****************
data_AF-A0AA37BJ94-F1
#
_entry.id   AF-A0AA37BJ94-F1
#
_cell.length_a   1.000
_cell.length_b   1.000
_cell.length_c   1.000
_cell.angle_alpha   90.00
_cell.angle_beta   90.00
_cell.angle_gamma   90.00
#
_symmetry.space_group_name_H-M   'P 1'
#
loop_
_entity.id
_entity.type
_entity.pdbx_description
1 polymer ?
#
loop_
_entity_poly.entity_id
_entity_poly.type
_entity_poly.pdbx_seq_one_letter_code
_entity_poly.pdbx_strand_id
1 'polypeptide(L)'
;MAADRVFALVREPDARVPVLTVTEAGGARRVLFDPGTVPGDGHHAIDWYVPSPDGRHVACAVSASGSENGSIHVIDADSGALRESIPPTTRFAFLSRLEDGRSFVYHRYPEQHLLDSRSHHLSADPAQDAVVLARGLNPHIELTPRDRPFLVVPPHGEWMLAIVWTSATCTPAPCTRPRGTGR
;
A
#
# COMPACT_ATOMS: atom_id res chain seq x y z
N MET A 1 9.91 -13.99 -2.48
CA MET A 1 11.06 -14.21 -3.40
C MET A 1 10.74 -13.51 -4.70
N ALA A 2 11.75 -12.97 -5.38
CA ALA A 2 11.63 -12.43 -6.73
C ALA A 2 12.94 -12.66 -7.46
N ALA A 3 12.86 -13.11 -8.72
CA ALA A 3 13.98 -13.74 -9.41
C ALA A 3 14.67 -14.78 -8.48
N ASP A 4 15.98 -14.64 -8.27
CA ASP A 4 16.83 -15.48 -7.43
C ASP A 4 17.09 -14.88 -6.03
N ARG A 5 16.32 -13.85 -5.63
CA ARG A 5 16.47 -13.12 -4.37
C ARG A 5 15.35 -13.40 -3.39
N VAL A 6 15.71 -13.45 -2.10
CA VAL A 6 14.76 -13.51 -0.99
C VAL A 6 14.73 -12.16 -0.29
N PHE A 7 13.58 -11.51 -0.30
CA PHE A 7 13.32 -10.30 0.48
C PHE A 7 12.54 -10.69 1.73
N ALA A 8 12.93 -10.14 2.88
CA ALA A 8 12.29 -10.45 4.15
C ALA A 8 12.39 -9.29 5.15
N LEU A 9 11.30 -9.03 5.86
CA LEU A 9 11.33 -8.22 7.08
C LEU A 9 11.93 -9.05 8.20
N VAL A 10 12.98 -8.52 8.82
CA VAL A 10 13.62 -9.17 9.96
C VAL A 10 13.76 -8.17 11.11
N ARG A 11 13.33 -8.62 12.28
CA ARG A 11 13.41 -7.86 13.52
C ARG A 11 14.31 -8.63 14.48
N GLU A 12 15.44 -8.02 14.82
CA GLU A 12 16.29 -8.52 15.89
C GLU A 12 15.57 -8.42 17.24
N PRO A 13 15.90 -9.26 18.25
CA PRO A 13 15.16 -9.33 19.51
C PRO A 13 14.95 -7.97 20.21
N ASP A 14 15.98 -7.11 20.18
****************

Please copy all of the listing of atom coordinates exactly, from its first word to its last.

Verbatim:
data_AF-A0AA37BJ94-F1
#
_entry.id   AF-A0AA37BJ94-F1
#
_cell.length_a   1.000
_cell.length_b   1.000
_cell.length_c   1.000
_cell.angle_alpha   90.00
_cell.angle_beta   90.00
_cell.angle_gamma   90.00
#
_symmetry.space_group_name_H-M   'P 1'
#
loop_
_entity.id
_entity.type
_entity.pdbx_description
1 polymer ?
#
loop_
_entity_poly.entity_id
_entity_poly.type
_entity_poly.pdbx_seq_one_letter_code
_entity_poly.pdbx_strand_id
1 'polypeptide(L)'
;MAADRVFALVREPDARVPVLTVTEAGGARRVLFDPGTVPGDGHHAIDWYVPSPDGRHVACAVSASGSENGSIHVIDADSGALRESIPPTTRFAFLSRLEDGRSFVYHRYPEQHLLDSRSHHLSADPAQDAVVLARGLNPHIELTPRDRPFLVVPPHGEWMLAIVWTSATCTPAPCTRPRGTGR
;
A
#
# COMPACT_ATOMS: atom_id res chain seq x y z
N MET A 1 9.91 -13.99 -2.48
CA MET A 1 11.06 -14.21 -3.40
C MET A 1 10.74 -13.51 -4.70
N ALA A 2 11.75 -12.97 -5.38
CA ALA A 2 11.63 -12.43 -6.73
C ALA A 2 12.94 -12.66 -7.46
N ALA A 3 12.86 -13.11 -8.72
CA ALA A 3 13.98 -13.74 -9.41
C ALA A 3 14.67 -14.78 -8.48
N ASP A 4 15.98 -14.64 -8.27
CA ASP A 4 16.83 -15.48 -7.43
C ASP A 4 17.09 -14.88 -6.03
N ARG A 5 16.32 -13.85 -5.63
CA ARG A 5 16.47 -13.12 -4.37
C ARG A 5 15.35 -13.40 -3.39
N VAL A 6 15.71 -13.45 -2.10
CA VAL A 6 14.76 -13.51 -0.99
C VAL A 6 14.73 -12.16 -0.29
N PHE A 7 13.58 -11.51 -0.30
CA PHE A 7 13.32 -10.30 0.48
C PHE A 7 12.54 -10.69 1.73
N ALA A 8 12.93 -10.14 2.88
CA ALA A 8 12.29 -10.45 4.15
C ALA A 8 12.39 -9.29 5.15
N LEU A 9 11.30 -9.03 5.86
CA LEU A 9 11.33 -8.22 7.08
C LEU A 9 11.93 -9.05 8.20
N VAL A 10 12.98 -8.52 8.82
CA VAL A 10 13.62 -9.17 9.96
C VAL A 10 13.76 -8.17 11.11
N ARG A 11 13.33 -8.62 12.28
CA ARG A 11 13.41 -7.86 13.52
C ARG A 11 14.31 -8.63 14.48
N GLU A 12 15.44 -8.02 14.82
CA GLU A 12 16.29 -8.52 15.89
C GLU A 12 15.57 -8.42 17.24
N PRO A 13 15.90 -9.26 18.25
CA PRO A 13 15.16 -9.33 19.51
C PRO A 13 14.95 -7.97 20.21
N ASP A 14 15.98 -7.11 20.18